Interviewer: I believe there are about two million mental defectives in the United States, and
this would account for about twenty-thousand patients having this disease. But are
you implying that you could conceivably inject a catalyst into one of these phenylketonurics
and have them oxidize phenylalanine to tyrosine?
Linus Pauling: Well, I am implying this. Two or three years ago I gave the Edsel Ford lecture in
Detroit. It was about the future of enzyme chemistry. And in this lecture I said,
if I look forward, attempt to look forward fifty years or even twenty-five years -
no fifty years is what I was talking about. Fifty years from now I think it may well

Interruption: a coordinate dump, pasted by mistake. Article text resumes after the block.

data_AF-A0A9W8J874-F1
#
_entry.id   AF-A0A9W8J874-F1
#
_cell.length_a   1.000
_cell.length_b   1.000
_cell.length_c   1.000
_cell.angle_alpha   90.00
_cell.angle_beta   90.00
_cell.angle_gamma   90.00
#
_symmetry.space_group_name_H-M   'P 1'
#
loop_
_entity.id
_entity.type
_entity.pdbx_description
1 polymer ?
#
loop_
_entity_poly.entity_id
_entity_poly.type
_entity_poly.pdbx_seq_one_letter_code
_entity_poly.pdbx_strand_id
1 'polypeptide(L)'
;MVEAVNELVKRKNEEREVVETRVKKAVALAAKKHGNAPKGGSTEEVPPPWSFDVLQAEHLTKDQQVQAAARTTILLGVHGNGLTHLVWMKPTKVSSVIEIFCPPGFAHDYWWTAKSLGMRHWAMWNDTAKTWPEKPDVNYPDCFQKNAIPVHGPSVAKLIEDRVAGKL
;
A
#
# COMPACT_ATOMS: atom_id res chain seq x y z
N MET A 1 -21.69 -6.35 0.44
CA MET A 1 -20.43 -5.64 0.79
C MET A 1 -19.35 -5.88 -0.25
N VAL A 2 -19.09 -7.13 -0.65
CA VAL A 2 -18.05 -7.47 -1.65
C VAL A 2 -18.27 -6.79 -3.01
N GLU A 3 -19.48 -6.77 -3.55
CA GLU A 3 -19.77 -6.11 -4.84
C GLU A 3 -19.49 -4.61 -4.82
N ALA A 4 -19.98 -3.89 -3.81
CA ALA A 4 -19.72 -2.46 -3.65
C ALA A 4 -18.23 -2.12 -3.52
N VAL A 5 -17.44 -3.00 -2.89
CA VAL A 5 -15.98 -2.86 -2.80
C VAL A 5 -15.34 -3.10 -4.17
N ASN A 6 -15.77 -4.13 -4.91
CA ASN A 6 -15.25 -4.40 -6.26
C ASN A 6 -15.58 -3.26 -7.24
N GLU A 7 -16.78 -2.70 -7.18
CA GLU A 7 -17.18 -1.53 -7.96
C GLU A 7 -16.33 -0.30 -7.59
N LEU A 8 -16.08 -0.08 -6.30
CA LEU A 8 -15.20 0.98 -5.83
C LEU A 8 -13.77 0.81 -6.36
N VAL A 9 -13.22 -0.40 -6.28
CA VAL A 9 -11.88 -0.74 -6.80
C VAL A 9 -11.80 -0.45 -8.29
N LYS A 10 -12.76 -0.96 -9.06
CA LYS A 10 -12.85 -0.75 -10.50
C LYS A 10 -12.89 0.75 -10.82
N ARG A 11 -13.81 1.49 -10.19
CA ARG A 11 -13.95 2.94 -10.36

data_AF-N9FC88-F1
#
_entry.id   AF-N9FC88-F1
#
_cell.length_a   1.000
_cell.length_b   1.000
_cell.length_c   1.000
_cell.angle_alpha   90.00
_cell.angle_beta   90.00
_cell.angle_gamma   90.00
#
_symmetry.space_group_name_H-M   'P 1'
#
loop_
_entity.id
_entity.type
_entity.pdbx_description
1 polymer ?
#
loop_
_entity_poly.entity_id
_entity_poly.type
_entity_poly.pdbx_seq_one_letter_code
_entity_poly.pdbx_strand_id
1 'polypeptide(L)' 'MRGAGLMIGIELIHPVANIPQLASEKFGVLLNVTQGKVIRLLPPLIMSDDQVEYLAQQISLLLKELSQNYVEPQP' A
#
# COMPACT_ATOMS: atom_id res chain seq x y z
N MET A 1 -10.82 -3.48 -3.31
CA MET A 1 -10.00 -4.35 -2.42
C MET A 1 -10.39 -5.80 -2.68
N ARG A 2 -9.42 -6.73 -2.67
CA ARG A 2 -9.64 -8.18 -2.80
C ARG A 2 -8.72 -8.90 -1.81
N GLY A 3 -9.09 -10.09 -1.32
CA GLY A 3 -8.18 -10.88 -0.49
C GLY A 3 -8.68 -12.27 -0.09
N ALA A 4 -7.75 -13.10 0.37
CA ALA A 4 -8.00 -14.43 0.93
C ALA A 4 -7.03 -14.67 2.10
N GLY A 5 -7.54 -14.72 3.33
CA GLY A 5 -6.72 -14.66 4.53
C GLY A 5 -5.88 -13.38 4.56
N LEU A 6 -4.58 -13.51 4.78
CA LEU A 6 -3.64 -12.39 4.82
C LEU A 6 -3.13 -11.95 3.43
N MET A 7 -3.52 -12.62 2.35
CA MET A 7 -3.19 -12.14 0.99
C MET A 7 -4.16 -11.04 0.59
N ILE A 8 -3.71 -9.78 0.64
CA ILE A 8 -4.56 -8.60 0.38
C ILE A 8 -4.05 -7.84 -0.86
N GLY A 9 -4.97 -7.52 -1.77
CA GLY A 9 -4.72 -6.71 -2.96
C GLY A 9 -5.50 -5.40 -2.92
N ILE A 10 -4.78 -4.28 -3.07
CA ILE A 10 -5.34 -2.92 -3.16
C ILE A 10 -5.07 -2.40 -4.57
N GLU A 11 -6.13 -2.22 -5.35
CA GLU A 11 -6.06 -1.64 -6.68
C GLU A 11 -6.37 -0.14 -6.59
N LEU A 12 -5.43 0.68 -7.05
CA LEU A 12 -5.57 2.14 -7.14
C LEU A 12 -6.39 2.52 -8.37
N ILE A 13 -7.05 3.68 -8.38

be that we shall be treating patients with phenylketonuria - children who, infants
who are born with this disease, which can be recognized shortly after birth. We shall
be treating them by sewing into a blood vessel a little capsule, open-ended tube,
containing a synthetic enzyme that will carry out the chemical reaction that they
are not able to carry out naturally because of their hereditary defect, due to the
gene mutation. Yes, I think this is the sort of progress that will be made in medicine.